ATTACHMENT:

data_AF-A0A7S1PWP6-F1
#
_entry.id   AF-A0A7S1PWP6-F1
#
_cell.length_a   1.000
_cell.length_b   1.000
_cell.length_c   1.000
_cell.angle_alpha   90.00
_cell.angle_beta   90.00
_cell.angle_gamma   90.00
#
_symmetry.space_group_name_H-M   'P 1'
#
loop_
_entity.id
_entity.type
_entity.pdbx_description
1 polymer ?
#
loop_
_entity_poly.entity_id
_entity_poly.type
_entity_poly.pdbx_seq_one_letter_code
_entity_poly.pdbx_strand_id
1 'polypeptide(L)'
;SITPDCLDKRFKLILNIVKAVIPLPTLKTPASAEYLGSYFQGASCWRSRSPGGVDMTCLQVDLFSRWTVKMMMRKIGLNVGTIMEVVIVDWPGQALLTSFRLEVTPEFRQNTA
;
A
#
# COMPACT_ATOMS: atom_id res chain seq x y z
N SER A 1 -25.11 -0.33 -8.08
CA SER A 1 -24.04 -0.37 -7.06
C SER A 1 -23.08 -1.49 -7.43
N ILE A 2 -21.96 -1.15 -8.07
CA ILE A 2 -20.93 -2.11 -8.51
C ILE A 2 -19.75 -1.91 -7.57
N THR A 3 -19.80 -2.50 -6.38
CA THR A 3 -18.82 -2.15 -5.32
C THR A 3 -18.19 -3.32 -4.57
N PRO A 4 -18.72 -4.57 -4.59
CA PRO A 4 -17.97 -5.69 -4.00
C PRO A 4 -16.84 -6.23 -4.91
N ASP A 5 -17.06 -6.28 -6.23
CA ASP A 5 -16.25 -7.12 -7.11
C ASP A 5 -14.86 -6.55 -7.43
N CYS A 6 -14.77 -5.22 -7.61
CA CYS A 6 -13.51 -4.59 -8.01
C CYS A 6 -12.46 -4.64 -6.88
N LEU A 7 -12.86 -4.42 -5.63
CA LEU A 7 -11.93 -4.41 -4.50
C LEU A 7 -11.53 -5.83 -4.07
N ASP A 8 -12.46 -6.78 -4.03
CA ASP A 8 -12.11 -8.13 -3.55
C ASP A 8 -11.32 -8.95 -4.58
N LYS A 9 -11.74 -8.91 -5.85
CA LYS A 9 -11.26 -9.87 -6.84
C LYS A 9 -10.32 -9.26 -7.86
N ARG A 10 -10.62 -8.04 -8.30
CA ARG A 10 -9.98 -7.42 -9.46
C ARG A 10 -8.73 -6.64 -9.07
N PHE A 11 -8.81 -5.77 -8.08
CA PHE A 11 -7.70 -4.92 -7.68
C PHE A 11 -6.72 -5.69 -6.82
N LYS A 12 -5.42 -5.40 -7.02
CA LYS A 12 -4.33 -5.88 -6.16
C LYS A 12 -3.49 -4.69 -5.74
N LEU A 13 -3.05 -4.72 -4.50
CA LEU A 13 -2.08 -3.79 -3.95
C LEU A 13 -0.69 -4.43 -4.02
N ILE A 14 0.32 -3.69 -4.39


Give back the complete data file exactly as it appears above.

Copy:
data_AF-A0A7S1PWP6-F1
#
_entry.id   AF-A0A7S1PWP6-F1
#
_cell.length_a   1.000
_cell.length_b   1.000
_cell.length_c   1.000
_cell.angle_alpha   90.00
_cell.angle_beta   90.00
_cell.angle_gamma   90.00
#
_symmetry.space_group_name_H-M   'P 1'
#
loop_
_entity.id
_entity.type
_entity.pdbx_description
1 polymer ?
#
loop_
_entity_poly.entity_id
_entity_poly.type
_entity_poly.pdbx_seq_one_letter_code
_entity_poly.pdbx_strand_id
1 'polypeptide(L)'
;SITPDCLDKRFKLILNIVKAVIPLPTLKTPASAEYLGSYFQGASCWRSRSPGGVDMTCLQVDLFSRWTVKMMMRKIGLNVGTIMEVVIVDWPGQALLTSFRLEVTPEFRQNTA
;
A
#
# COMPACT_ATOMS: atom_id res chain seq x y z
N SER A 1 -25.11 -0.33 -8.08
CA SER A 1 -24.04 -0.37 -7.06
C SER A 1 -23.08 -1.49 -7.43
N ILE A 2 -21.96 -1.15 -8.07
CA ILE A 2 -20.93 -2.11 -8.51
C ILE A 2 -19.75 -1.91 -7.57
N THR A 3 -19.80 -2.50 -6.38
CA THR A 3 -18.82 -2.15 -5.32
C THR A 3 -18.19 -3.32 -4.57
N PRO A 4 -18.72 -4.57 -4.59
CA PRO A 4 -17.97 -5.69 -4.00
C PRO A 4 -16.84 -6.23 -4.91
N ASP A 5 -17.06 -6.28 -6.23
CA ASP A 5 -16.25 -7.12 -7.11
C ASP A 5 -14.86 -6.55 -7.43
N CYS A 6 -14.77 -5.22 -7.61
CA CYS A 6 -13.51 -4.59 -8.01
C CYS A 6 -12.46 -4.64 -6.88
N LEU A 7 -12.86 -4.42 -5.63
CA LEU A 7 -11.93 -4.41 -4.50
C LEU A 7 -11.53 -5.83 -4.07
N ASP A 8 -12.46 -6.78 -4.03
CA ASP A 8 -12.11 -8.13 -3.55
C ASP A 8 -11.32 -8.95 -4.58
N LYS A 9 -11.74 -8.91 -5.85
CA LYS A 9 -11.26 -9.87 -6.84
C LYS A 9 -10.32 -9.26 -7.86
N ARG A 10 -10.62 -8.04 -8.30
CA ARG A 10 -9.98 -7.42 -9.46
C ARG A 10 -8.73 -6.64 -9.07
N PHE A 11 -8.81 -5.77 -8.08
CA PHE A 11 -7.70 -4.92 -7.68
C PHE A 11 -6.72 -5.69 -6.82
N LYS A 12 -5.42 -5.40 -7.02
CA LYS A 12 -4.33 -5.88 -6.16
C LYS A 12 -3.49 -4.69 -5.74
N LEU A 13 -3.05 -4.72 -4.50
CA LEU A 13 -2.08 -3.79 -3.95
C LEU A 13 -0.69 -4.43 -4.02
N ILE A 14 0.32 -3.69 -4.39